Sparked on by a now-abandoned plan to restrict public access to legislative records, Assembly Democrats are calling for new rules on including policy items in the state budget bill.
The proposal from Assembly Assistant Democratic Leader Katrina Shankland (D-Stevens Point) would require any non-fiscal policy item in the budget to be referred to a standing Legislative committee, where it would have to receive a public hearing and executive session vote. During a Capitol press conference on Monday, Shankland said the change would “give our constituents and everyone around the state ample opportunity to first find out what’s in the legislation, and then…say whether or not they support the idea.”
The move would likely limit the amount of policy added to the state budget bill through a practice both parties have exercised over the years. The process is again the public eye after the Joint Finance Committee last Thursday proposed a major overhaul of the state’s open records law that would have limited public access to information about much of what influences the writing of legislation, then voted on it within hours. Governor Scott Walker and legislative leaders have since promised to remove the measure, in the face of mounting public criticism.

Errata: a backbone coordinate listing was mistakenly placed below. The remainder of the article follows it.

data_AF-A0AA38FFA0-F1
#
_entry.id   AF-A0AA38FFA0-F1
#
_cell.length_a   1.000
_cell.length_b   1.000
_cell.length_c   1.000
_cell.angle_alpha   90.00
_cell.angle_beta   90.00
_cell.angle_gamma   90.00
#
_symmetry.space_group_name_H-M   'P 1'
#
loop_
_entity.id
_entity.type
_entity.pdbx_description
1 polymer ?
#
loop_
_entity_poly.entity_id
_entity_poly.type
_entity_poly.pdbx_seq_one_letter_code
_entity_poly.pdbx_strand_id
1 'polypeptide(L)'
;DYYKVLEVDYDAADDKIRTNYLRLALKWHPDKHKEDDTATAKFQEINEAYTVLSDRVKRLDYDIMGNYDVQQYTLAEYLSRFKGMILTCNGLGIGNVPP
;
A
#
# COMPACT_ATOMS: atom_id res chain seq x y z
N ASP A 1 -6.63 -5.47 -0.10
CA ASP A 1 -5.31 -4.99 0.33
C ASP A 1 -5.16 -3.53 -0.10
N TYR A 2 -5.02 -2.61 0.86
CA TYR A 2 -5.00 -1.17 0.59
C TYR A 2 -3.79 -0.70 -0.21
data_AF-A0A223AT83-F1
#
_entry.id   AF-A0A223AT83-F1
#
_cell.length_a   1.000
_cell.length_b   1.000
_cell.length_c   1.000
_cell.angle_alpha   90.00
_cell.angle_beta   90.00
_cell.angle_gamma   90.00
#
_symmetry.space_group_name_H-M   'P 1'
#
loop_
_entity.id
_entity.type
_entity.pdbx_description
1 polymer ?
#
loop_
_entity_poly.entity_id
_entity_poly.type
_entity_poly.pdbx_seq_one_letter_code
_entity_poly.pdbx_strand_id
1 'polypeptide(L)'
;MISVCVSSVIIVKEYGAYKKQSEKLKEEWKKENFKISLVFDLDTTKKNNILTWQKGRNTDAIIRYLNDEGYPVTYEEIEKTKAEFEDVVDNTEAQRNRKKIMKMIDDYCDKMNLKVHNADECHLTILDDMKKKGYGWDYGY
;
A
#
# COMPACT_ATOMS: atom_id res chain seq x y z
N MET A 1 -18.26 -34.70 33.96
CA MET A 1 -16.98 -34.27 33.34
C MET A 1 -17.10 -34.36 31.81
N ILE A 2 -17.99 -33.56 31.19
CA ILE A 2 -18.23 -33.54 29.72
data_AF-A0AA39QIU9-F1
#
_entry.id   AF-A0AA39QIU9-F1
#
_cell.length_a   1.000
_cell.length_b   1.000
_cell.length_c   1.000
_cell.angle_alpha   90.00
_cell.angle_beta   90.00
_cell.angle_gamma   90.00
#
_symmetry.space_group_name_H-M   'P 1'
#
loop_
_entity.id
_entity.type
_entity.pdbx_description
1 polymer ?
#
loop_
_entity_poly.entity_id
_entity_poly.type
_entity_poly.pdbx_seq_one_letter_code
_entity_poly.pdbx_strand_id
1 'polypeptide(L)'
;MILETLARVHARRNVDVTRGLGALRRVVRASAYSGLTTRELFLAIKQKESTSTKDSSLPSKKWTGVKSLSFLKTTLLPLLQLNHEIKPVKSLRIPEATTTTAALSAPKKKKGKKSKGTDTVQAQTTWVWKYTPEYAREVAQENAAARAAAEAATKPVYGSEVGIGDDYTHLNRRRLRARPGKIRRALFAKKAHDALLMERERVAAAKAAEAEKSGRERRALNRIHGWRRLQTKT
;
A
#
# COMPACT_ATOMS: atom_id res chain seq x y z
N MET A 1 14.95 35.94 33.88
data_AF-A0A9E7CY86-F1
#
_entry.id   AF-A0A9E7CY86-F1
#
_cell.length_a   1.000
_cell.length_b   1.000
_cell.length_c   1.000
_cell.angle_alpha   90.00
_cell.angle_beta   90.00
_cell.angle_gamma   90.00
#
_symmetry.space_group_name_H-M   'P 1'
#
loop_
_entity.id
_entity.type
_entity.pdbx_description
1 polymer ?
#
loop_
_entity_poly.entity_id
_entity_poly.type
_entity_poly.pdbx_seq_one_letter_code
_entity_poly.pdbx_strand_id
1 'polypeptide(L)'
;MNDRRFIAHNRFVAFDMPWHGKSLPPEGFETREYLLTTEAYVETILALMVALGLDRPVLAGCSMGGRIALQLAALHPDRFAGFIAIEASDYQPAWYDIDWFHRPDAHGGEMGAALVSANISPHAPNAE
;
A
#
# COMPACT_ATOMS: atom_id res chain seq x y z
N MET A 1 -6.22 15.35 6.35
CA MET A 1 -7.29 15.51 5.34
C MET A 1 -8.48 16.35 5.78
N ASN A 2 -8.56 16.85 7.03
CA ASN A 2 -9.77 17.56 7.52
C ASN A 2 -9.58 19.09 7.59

While Democrats have made similar last-minute additions to the budget in the past, Assembly Minority Leader Peter Barca (D-Kenosha) said it’s important to stop it from happening any more. “We’re more interested not in who did what five years ago, ten years ago, twenty years ago,” Barca said. “What can we do over the next year to make sure that this process never happens again, regardless of who is in charge or in the majority in this building?”
The proposal is unlikely to gain much support in the Republican-controlled Legislature.